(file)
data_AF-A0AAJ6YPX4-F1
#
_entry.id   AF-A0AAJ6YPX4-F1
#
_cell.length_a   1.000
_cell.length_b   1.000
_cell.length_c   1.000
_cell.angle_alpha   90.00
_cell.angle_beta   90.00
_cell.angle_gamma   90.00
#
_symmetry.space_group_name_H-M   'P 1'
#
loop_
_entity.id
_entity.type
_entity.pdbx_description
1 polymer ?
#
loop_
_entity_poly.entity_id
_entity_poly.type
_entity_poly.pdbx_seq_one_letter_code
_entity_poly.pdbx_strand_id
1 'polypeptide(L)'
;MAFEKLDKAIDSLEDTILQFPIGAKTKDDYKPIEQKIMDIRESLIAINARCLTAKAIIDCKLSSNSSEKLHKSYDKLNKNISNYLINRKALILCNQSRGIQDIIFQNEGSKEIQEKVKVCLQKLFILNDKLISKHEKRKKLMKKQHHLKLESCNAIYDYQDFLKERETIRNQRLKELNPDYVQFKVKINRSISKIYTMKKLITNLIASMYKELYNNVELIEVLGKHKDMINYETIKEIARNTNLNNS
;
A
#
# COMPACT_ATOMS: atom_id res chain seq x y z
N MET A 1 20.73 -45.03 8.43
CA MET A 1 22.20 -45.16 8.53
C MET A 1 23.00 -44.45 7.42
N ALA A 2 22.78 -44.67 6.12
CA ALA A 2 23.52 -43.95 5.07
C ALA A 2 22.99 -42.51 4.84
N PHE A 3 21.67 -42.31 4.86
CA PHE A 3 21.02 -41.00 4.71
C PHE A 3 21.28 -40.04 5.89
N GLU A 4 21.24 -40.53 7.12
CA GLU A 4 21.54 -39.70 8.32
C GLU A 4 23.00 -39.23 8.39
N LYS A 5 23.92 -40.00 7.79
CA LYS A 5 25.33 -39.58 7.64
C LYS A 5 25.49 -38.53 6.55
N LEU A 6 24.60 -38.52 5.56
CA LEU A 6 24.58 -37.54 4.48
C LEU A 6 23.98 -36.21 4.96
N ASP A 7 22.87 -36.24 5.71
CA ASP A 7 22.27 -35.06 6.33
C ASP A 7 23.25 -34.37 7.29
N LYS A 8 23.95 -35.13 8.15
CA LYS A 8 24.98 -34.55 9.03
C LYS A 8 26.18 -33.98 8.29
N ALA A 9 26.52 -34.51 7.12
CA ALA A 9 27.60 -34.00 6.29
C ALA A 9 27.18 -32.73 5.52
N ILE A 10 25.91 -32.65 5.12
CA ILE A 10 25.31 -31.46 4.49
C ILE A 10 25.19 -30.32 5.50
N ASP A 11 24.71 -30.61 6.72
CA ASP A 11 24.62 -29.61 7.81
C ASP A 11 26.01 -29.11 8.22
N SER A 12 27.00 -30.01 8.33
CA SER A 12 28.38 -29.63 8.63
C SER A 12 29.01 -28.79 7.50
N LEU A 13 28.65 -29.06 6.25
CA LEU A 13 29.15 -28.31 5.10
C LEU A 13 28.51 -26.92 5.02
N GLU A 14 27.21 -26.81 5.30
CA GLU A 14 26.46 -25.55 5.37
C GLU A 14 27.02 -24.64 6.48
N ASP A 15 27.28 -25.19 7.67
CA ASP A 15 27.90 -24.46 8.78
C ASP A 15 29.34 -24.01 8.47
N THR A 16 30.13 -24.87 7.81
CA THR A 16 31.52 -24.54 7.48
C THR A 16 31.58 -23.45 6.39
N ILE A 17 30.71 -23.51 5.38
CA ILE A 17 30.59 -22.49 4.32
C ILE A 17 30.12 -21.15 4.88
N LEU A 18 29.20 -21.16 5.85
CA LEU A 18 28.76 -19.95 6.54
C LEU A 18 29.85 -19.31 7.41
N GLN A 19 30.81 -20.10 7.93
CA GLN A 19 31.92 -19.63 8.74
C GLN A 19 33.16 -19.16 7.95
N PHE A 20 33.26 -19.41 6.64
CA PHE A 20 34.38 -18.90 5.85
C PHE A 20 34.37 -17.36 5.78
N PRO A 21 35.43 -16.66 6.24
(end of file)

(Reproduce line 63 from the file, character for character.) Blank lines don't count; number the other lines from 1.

C ASP A 11 26.01 -29.11 8.22